This morning I even found myself musing about the possibility of doing some of the hilly waterfall trails in the gorge this summer. While they are well worth the walk, they would require that I drive there which would throw off my walking routine. Not to mention the time the drive would add to the whole endeavor. So, while I am not willing to take them off the table, they are not likely to happen in my immediate future. My laziness is most definitely fed by the fact that I have such an amazing park system to explore within a reasonable walk from my house.

In other news, I have been blazing through CodeAcademy‘s Javascript course so I can complete it by the end of today. The deadline was set by a program I applied for that supports women in tech. Their “you have qualified to move on to the next step” email got stuck in my spam filter, so I didn’t get it until this week. I don’t get to move on in the process unless I can prove that I am committed enough to work through an online course in a reasonable amount of time. I am 80% of the way done so I don’t think it will be a problem to finish it on time. The problem is that I am moving through it so quickly that I am retaining very little of it. Oh well, I can always go back to it at a more leisurely pace once I complete the process.

Speaking of which, it’s time for me to get back to work.

p.s. I added Piccolo Park in my Monday walk.

What a Long Strange Trip Its Been

I am waiting to board the final flight (of a 3-leg trip) home after a week in Lake Placid with family. We were up at 3:45am Eastern and land at 4:30pm Pacific. This means my sense of time is totally discombobulated. I managed to get a little sleep on the first two legs of my flight and have been mainlining caffeine in between at both the Philly and Phoenix airports. The net effect has been semi-functionality on the ground and brain-mush in the air. I actually have managed to get some work done in the Phoenix airport, which may make my recovery day tomorrow a little more manageable. Of course, I somehow scheduled 3 things (including a board meeting in the evening) on my recovery day, but that is kind of par for the course for me.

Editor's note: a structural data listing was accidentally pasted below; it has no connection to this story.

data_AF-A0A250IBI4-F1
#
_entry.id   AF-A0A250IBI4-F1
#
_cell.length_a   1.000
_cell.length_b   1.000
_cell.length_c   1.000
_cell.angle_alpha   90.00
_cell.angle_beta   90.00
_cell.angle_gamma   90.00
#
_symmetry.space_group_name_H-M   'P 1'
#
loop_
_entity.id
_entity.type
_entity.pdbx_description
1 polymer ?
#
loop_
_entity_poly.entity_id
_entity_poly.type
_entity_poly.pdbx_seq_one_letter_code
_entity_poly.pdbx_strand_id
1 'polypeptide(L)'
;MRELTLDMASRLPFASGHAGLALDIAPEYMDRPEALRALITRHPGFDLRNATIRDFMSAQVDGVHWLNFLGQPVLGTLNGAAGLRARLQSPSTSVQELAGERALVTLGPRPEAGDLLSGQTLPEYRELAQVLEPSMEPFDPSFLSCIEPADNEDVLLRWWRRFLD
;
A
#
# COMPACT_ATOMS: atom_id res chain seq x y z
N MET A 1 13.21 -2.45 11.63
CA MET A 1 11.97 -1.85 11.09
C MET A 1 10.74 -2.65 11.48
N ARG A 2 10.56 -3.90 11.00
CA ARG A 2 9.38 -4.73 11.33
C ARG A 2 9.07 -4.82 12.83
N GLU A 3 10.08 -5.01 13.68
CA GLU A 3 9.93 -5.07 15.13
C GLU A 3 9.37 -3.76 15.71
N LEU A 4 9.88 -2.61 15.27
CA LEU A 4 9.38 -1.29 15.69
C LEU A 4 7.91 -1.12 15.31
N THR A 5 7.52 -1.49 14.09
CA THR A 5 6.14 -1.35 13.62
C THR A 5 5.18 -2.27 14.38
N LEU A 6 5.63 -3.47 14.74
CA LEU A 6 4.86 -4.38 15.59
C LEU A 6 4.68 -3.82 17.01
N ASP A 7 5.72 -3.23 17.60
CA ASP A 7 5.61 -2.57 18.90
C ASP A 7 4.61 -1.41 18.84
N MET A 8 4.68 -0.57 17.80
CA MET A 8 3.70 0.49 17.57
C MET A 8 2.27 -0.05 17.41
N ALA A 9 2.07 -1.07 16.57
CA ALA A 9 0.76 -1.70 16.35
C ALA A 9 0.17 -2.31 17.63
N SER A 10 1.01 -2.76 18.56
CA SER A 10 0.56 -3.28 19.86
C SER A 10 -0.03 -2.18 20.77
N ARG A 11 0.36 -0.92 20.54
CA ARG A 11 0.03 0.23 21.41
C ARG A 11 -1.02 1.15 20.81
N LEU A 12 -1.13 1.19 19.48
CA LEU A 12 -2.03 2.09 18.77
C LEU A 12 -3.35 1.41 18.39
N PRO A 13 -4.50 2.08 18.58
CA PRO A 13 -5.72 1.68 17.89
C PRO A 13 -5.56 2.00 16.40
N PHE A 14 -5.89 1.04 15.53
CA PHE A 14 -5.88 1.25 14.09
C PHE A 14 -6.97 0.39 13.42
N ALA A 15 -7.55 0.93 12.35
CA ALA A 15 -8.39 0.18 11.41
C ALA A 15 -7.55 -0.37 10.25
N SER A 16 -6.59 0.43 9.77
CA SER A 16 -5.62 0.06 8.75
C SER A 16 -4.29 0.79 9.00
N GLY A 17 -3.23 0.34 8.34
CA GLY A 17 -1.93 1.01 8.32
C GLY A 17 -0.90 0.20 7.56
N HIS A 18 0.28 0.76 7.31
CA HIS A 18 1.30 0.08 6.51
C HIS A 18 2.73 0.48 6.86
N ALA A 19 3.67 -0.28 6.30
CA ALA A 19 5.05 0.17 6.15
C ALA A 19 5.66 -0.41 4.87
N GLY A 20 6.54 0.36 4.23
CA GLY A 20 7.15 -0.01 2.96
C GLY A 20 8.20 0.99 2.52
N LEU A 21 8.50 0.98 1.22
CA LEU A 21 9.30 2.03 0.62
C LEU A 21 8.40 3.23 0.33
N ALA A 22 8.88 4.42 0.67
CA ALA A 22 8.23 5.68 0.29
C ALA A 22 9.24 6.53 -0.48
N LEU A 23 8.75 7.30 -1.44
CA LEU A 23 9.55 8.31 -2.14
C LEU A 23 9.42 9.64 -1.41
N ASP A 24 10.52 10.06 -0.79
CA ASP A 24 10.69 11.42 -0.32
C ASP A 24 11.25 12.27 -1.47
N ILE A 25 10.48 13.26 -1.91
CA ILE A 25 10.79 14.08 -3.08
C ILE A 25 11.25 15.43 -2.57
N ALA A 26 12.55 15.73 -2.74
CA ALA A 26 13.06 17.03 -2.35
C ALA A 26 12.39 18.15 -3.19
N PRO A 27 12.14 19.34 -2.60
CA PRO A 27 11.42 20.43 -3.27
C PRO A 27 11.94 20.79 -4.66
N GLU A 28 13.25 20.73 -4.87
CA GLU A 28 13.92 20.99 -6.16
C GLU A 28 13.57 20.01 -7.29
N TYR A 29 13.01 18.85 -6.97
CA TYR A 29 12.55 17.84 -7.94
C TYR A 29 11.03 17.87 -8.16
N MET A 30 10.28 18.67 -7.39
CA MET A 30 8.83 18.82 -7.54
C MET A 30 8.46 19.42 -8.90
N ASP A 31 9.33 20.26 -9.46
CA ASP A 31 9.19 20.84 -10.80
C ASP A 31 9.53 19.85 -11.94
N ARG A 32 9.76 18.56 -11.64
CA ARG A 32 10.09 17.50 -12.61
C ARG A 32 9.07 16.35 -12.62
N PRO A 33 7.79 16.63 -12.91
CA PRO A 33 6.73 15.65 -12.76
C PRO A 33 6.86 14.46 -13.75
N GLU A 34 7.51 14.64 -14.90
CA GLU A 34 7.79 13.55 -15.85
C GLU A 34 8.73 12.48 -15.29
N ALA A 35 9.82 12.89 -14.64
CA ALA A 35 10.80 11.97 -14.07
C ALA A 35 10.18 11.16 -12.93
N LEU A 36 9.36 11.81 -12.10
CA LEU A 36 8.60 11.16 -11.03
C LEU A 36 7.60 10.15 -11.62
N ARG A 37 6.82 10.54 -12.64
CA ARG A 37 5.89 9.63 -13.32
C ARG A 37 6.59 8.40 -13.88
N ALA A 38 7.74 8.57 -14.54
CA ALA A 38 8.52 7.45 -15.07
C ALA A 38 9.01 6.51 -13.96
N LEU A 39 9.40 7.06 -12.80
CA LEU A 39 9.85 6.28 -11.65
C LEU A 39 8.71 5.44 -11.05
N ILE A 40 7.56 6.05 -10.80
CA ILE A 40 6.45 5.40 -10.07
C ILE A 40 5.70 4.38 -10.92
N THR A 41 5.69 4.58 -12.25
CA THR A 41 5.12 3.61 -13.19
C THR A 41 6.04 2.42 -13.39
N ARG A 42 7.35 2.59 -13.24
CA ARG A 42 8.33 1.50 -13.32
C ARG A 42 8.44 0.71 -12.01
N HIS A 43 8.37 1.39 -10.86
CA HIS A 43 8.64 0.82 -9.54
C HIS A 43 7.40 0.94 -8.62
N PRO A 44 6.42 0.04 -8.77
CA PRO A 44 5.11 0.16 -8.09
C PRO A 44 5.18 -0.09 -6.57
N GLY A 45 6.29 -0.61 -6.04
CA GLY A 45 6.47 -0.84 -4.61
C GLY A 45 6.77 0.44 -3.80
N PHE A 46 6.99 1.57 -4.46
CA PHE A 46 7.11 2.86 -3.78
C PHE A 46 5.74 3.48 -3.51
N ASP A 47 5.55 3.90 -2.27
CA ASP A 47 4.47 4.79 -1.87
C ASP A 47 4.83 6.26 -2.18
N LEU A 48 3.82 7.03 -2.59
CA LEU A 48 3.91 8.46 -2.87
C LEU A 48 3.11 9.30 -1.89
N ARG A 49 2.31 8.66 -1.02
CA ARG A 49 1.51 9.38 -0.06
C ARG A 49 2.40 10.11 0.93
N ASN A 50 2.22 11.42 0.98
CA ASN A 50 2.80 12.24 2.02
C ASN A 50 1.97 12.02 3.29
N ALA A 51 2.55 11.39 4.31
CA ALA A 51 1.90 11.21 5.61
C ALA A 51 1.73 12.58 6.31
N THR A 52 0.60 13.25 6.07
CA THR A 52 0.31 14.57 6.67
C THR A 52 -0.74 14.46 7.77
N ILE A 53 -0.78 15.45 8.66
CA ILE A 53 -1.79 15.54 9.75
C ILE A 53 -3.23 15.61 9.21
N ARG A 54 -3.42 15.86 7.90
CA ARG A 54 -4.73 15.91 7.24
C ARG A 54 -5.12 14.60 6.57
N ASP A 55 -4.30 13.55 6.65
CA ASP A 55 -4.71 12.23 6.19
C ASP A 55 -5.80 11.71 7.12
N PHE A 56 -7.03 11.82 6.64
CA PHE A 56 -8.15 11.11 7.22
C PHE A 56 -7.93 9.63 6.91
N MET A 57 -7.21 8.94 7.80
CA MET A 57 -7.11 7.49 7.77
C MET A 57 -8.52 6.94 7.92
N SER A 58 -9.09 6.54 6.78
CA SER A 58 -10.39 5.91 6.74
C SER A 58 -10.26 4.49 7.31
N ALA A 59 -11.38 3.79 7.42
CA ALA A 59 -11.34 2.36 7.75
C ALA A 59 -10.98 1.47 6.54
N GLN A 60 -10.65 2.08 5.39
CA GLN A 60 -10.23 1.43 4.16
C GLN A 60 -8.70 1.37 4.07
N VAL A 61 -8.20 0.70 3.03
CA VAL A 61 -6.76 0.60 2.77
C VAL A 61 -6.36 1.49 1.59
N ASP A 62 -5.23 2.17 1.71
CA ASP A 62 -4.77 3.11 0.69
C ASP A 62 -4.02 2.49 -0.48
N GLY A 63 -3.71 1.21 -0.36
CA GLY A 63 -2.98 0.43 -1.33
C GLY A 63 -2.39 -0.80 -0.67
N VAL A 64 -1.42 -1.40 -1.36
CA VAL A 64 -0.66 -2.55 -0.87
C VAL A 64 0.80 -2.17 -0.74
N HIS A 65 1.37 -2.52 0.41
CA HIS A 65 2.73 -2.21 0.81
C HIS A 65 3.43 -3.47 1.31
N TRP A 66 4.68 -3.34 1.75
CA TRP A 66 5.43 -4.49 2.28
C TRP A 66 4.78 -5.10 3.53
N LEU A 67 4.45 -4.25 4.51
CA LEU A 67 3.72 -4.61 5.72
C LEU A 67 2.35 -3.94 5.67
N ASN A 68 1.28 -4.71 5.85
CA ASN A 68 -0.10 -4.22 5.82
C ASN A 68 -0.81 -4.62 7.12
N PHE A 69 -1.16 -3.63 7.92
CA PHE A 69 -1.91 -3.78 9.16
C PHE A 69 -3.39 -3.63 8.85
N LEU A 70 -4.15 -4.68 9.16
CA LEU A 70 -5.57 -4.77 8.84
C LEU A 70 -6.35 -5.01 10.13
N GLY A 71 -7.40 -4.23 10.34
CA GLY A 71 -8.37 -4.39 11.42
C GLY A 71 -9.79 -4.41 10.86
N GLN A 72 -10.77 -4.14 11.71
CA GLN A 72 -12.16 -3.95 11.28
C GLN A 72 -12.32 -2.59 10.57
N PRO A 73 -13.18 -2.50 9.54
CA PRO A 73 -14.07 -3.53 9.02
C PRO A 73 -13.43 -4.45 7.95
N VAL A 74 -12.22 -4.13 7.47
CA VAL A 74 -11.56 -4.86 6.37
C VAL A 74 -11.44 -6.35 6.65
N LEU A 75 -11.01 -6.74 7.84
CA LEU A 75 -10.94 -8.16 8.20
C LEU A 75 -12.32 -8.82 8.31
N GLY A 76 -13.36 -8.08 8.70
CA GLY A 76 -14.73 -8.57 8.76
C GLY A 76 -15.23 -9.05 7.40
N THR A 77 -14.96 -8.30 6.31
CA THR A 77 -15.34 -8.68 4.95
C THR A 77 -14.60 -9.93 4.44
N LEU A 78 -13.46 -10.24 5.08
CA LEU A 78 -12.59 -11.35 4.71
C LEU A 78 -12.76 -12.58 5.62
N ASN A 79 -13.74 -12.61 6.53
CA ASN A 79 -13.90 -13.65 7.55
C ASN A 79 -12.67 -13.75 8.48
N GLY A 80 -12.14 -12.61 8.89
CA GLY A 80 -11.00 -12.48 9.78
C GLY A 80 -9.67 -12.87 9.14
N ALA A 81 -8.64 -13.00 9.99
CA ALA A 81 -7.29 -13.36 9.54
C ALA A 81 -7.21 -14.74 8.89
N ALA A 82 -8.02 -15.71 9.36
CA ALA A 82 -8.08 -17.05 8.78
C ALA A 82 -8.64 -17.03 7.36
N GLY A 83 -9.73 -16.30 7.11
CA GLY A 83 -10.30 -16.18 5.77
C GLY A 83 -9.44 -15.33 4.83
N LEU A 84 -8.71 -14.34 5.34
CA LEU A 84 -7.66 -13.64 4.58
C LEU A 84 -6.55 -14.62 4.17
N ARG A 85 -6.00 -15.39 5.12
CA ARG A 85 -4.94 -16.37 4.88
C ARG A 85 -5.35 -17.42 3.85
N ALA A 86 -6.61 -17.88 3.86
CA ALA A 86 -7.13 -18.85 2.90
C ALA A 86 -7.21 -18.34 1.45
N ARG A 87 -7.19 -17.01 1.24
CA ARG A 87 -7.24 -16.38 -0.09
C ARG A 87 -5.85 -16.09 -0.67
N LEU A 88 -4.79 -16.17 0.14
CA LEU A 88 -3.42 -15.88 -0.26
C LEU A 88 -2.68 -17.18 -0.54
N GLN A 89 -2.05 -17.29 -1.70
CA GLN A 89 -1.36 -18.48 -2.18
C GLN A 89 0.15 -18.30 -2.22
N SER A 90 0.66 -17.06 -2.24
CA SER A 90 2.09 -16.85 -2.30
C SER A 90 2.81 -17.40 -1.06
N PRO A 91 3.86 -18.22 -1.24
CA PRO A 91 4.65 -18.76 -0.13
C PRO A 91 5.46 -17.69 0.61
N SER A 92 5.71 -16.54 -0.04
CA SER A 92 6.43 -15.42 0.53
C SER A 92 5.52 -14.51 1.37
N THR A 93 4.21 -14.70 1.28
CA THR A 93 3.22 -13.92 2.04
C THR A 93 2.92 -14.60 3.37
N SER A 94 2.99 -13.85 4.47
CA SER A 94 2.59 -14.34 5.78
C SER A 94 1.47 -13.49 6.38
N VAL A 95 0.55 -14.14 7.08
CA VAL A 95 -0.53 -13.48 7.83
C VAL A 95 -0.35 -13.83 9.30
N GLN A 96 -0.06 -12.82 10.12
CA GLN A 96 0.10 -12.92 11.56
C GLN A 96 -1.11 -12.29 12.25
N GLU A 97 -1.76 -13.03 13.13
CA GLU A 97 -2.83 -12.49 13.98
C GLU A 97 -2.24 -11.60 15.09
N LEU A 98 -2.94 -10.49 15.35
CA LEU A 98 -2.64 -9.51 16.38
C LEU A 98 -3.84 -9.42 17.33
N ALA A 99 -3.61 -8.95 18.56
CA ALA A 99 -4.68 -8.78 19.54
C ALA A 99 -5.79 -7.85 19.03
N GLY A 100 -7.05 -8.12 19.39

Speaking of par, one of the things I did on my week off was play golf for the very first time in my life (excluding mini golf, of course). I think I managed to do ok for my first time around. I did lose a couple of balls to water hazards (although the second time around it was somewhat deliberate to satisfy my sister-in-law’s request for a splash), but I mostly managed to keep my balls on the fairway. I am not sure golf is my game, but I would be willing to give it another try some time in the future.

I also walked. A lot. 41.7 miles to be exact. And the last .63 miles of the walk always included a steep hill back to the house. I am happy to say that the hill did get easier as the week went on and has inspired me to try the hill up to the second reservoir in Mt. Tabor park. I have a pretty daunting set of hills to get myself to the lower reservoir, so the upper one always seems too out of reach for me to try. However, I am thinking that I will give it a try at least once before I lose the hill muscles I worked so hard to achieve.

In other news I had a great time with my nieces. The younger one is an early bird like me and is usually the first up in her house. That made for some great early morning conversations when she and I were the only ones awake. There were a few days, however, where I left for my walk before she emerged from her bedroom. Those days we generally tried to sneak some time alone out on the porch while everyone else was doing their own thing.

The older one is at that fascinating stage where she vacillates between being a challenging teenager and a sweet and cuddly little girl. This is one of those times when I get to really appreciate being an aunt. I don’t have to deal with the difficulties of having a teenager day in and day out, but I do get to appreciate watching the process as she slowly turns into a young woman.

As nice as it was to spend a week in the Adirondacks, I am looking forward to getting home and seeing our cats. And sleeping in my own bed.